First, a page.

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Anton BRUCKNER (1824-1896)
Symphony No. 7 in E major, arranged (1921) for small ensemble by Hanns Eisler, Erwin Stein and Karl Rankl
Thomas Christian Ensemble (Alois Brandhofer, clarinet; Andrew Joy, horn; Thomas Christian and Melina Mandozzi, violins; Ferdinand Erblich, viola; Bernard Naoki Hedenborg, cello; Hans Winking, double bass; Richard Hyung-Ki Joo and Fujiko Oshima, piano; Roberto Zarpellon, harmonium)
recorded in the Haydn-Saal Schloß Esterhazy, Eisenstadt, 25-27 May 2004
MDG 603 1313-2 [59:55]


This is a most fascinating disc. For the dedicated Brucknerian, for the student of the 1920s in general or the Second Viennese School in particular - indeed for any intelligent (for which read 'open-minded and broad-minded') listener - it promises to be a very interesting and stimulating listening experience. It deserves note as a thoroughly worthwhile venture for the ever-enterprising MDG label.

Bruckner's Seventh, completed - significantly - in the year of Wagner's death, 1883, is in many ways his most satisfying. It is consistent and heartfelt in its inspiration, relatively compact in its structure and organic in its thinking, and lacking all the usual (pre-7th) textual controversies. Its highlight, surely, is the noble Adagio, most especially the meandering chromatic chorale which, with its unstoppable slow momentum, shining brass and ornamental string lines, treads relentlessly to one of the Nineteenth Century's greatest orchestral climaxes - and one of cymbal players' proudest moments!

But this recording is different ...

When Arnold Schönberg (together with Alban Berg and Anton Webern) founded his Verein für musikalische Privatauffürungen in November 1918, his intention was to present music - and not just contemporary music - which he regarded as undervalued, or deserving of particular promotion and attention. It was, as Berg put it in a prospectus, "not a society for composers, but exclusively for the public": in fact the press was expressly excluded, and applause (as well as expressions of displeasure) forbidden. After 118 concerts, the society was disbanded in September 1921 - one month before this version of Bruckner's Seventh was completed, an accident of history which meant that its first performance (by the Thomas Christian Ensemble) had to wait until 19 March 2000.

Remember that, however much Schönberg and his three student-transcribers genuinely valued this music, the sound culture of the 1920s - by now relatively linear, disciplined and monochrome - was very different to the massively colourful, organ-like sonorities favoured by Bruckner. Written as it was for a diminutive ensemble of limited range (in terms of both dynamic and sonority) it was inevitable that this grandest of symphonic essays should re-emerge as an exercise in textural 'dieting' - more objective, but equally revealing; more analytical, but no less involving; more intimate, but almost as dramatic as the original.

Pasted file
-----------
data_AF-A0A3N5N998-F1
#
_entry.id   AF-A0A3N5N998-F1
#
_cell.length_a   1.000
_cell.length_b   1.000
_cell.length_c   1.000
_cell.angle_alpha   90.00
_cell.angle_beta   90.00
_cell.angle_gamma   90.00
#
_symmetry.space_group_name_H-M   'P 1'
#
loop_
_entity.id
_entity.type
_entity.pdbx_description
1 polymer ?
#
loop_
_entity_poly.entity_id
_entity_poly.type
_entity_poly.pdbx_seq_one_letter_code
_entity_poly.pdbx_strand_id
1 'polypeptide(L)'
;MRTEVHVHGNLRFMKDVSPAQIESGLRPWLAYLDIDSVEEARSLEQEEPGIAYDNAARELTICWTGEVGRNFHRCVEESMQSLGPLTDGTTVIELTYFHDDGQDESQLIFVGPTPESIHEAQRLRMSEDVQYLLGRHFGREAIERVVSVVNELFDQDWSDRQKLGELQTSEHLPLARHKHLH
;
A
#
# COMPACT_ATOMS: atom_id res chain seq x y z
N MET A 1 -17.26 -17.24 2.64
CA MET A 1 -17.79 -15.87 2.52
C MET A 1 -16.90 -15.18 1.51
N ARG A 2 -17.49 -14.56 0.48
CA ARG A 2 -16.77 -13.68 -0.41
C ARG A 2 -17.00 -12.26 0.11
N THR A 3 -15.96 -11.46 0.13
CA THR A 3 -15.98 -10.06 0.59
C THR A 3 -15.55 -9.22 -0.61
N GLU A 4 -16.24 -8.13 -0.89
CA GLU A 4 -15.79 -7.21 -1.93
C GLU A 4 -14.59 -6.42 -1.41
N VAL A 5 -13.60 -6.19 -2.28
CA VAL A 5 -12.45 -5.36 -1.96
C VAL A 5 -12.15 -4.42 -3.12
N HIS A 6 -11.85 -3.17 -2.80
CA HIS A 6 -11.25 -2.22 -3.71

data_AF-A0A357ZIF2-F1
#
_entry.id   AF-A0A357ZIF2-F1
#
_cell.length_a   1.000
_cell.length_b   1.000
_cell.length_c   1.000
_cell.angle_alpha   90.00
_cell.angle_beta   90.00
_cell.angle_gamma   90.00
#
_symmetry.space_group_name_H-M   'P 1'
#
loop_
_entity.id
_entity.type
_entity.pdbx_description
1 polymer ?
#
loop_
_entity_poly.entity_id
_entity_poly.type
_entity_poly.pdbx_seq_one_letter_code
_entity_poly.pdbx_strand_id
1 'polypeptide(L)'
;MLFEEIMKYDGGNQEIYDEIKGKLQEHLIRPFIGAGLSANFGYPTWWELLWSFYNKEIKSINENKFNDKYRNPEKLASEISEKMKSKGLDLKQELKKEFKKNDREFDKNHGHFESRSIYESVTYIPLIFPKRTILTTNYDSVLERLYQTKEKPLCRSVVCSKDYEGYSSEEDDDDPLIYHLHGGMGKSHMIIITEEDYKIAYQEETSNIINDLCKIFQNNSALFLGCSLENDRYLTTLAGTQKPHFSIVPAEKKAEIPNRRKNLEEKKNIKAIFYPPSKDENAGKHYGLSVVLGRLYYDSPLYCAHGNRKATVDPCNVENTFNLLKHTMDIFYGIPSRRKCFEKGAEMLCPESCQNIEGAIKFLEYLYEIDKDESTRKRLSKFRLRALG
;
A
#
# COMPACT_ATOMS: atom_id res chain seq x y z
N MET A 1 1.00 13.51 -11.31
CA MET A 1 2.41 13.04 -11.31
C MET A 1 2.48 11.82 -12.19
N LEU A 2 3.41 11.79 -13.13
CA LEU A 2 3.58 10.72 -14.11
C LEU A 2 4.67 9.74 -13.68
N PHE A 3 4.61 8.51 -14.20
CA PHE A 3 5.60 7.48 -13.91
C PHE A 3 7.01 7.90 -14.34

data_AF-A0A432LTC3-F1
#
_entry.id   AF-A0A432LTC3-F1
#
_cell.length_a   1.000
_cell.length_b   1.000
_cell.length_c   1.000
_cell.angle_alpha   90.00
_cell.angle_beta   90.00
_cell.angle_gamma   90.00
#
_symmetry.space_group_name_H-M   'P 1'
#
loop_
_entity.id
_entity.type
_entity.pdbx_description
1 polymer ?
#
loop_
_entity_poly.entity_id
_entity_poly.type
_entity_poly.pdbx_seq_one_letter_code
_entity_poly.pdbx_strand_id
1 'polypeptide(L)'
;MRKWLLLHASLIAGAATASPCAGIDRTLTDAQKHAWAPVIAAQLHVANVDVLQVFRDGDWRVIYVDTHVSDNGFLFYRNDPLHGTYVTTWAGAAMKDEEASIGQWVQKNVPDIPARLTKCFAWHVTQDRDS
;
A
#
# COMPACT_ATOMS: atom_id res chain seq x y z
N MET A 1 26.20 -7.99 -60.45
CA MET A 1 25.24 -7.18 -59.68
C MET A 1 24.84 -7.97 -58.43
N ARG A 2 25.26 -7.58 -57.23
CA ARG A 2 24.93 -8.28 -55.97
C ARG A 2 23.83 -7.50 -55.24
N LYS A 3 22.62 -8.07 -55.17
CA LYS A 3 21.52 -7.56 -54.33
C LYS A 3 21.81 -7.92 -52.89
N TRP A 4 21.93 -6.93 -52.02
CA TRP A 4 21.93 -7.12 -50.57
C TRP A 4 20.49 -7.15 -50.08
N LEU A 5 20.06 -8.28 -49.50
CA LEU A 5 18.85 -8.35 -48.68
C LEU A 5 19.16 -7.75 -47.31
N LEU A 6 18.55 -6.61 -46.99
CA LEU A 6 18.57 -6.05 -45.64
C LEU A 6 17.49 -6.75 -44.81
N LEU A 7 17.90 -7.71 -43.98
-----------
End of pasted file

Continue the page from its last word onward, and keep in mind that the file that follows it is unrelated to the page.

Although the arrangement as a whole was jointly engineered by three of Schönberg's then-students, the first and third movements were largely Eisler's work, whereas Stein worked on the Adagio and Rankl the finale. There are no discernible fingerprints which we can attach to any of these. In fact, working as they did in evident haste, they seem all to have adopted a common method of retaining orchestral string parts from the original score without significant alteration, with the clarinet taking the wind solos, the horn the brass, and the piano and harmonium being used where harmonic weight is required, for example in tuttis or wind and brass chords. To a large extent, therefore, these are arrangements of convenience, not great artistry.

What you most lose is the sheer weight and range of orchestral tone colour. Bruckner's string tremolandi are crudely exposed on individual instruments, the great outbursts of brass instruments (in the scherzo, for example) lack impact, and the solemn harmonic voice of the great Adagio is - frankly - belittled by such a diversity of solo lines.

Advantages? Hey, don't rule these out! The intimacy of a small ensemble such as this is a very effective means of highlighting contrapuntal dialogue, and introducing light and shade into Bruckner's massive - sometimes dense - tuttis. So detail emerges afresh as if caught in a spotlight. In the process, one is made more aware of the historical links between the Second Viennese School and its Schubert-Bruckner-Mahler ancestry. 'Chamberised' Bruckner, as here, connects well with the Mahler of the Ninth and the Schönberg of the Chamber Symphony. Listeners with an ear for such musical 'family trees' will find this arrangement especially absorbing and illuminating.

The Thomas Christian Ensemble are splendid salesmen. And the MDG engineers serve them well. Worth investigating!

Peter J Lawson

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